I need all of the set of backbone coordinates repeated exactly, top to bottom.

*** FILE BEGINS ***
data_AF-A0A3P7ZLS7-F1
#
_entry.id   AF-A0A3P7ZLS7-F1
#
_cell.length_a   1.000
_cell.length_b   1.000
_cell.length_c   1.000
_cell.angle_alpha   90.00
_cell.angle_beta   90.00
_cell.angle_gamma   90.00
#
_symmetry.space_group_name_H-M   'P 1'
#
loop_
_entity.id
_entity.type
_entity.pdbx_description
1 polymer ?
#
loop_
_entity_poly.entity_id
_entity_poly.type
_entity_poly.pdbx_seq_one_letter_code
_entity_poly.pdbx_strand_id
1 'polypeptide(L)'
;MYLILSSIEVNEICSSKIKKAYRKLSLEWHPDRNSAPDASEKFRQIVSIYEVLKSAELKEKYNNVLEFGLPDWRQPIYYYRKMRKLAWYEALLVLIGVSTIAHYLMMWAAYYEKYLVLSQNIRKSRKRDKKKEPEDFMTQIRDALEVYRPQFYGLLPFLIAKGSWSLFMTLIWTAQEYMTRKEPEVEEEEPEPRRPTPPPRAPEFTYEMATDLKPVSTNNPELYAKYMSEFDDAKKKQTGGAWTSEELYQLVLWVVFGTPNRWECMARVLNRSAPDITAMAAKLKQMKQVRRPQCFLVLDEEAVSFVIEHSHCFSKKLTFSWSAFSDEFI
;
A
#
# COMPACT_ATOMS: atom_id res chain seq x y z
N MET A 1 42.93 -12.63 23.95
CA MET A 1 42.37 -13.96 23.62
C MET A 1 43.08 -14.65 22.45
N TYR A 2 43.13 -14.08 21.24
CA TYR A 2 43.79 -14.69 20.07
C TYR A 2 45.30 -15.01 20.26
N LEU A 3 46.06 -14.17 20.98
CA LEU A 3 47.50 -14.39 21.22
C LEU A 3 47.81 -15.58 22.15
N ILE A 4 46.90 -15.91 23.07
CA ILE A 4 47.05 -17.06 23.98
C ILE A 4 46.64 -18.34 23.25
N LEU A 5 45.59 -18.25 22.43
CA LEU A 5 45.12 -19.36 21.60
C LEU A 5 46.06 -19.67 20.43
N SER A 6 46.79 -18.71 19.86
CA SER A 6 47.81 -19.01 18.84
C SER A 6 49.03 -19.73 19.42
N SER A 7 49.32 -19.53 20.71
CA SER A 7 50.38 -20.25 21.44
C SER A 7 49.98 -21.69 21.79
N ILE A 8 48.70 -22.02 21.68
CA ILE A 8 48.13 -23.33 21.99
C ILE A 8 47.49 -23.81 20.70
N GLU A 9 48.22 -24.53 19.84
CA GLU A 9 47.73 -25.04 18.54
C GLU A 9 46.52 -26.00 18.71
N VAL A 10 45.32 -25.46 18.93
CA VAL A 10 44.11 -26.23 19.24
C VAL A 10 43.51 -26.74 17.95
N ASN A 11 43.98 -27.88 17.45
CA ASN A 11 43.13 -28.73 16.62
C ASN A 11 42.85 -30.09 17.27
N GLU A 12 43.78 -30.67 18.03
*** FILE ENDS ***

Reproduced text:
data_AF-A0A3P7ZLS7-F1
#
_entry.id   AF-A0A3P7ZLS7-F1
#
_cell.length_a   1.000
_cell.length_b   1.000
_cell.length_c   1.000
_cell.angle_alpha   90.00
_cell.angle_beta   90.00
_cell.angle_gamma   90.00
#
_symmetry.space_group_name_H-M   'P 1'
#
loop_
_entity.id
_entity.type
_entity.pdbx_description
1 polymer ?
#
loop_
_entity_poly.entity_id
_entity_poly.type
_entity_poly.pdbx_seq_one_letter_code
_entity_poly.pdbx_strand_id
1 'polypeptide(L)'
;MYLILSSIEVNEICSSKIKKAYRKLSLEWHPDRNSAPDASEKFRQIVSIYEVLKSAELKEKYNNVLEFGLPDWRQPIYYYRKMRKLAWYEALLVLIGVSTIAHYLMMWAAYYEKYLVLSQNIRKSRKRDKKKEPEDFMTQIRDALEVYRPQFYGLLPFLIAKGSWSLFMTLIWTAQEYMTRKEPEVEEEEPEPRRPTPPPRAPEFTYEMATDLKPVSTNNPELYAKYMSEFDDAKKKQTGGAWTSEELYQLVLWVVFGTPNRWECMARVLNRSAPDITAMAAKLKQMKQVRRPQCFLVLDEEAVSFVIEHSHCFSKKLTFSWSAFSDEFI
;
A
#
# COMPACT_ATOMS: atom_id res chain seq x y z
N MET A 1 42.93 -12.63 23.95
CA MET A 1 42.37 -13.96 23.62
C MET A 1 43.08 -14.65 22.45
N TYR A 2 43.13 -14.08 21.24
CA TYR A 2 43.79 -14.69 20.07
C TYR A 2 45.30 -15.01 20.26
N LEU A 3 46.06 -14.17 20.98
CA LEU A 3 47.50 -14.39 21.22
C LEU A 3 47.81 -15.58 22.15
N ILE A 4 46.90 -15.91 23.07
CA ILE A 4 47.05 -17.06 23.98
C ILE A 4 46.64 -18.34 23.25
N LEU A 5 45.59 -18.25 22.43
CA LEU A 5 45.12 -19.36 21.60
C LEU A 5 46.06 -19.67 20.43
N SER A 6 46.79 -18.71 19.86
CA SER A 6 47.81 -19.01 18.84
C SER A 6 49.03 -19.73 19.42
N SER A 7 49.32 -19.53 20.71
CA SER A 7 50.38 -20.25 21.44
C SER A 7 49.98 -21.69 21.79
N ILE A 8 48.70 -22.02 21.68
CA ILE A 8 48.13 -23.33 21.99
C ILE A 8 47.49 -23.81 20.70
N GLU A 9 48.22 -24.53 19.84
CA GLU A 9 47.73 -25.04 18.54
C GLU A 9 46.52 -26.00 18.71
N VAL A 10 45.32 -25.46 18.93
CA VAL A 10 44.11 -26.23 19.24
C VAL A 10 43.51 -26.74 17.95
N ASN A 11 43.98 -27.88 17.45
CA ASN A 11 43.13 -28.73 16.62
C ASN A 11 42.85 -30.09 17.27
N GLU A 12 43.78 -30.67 18.03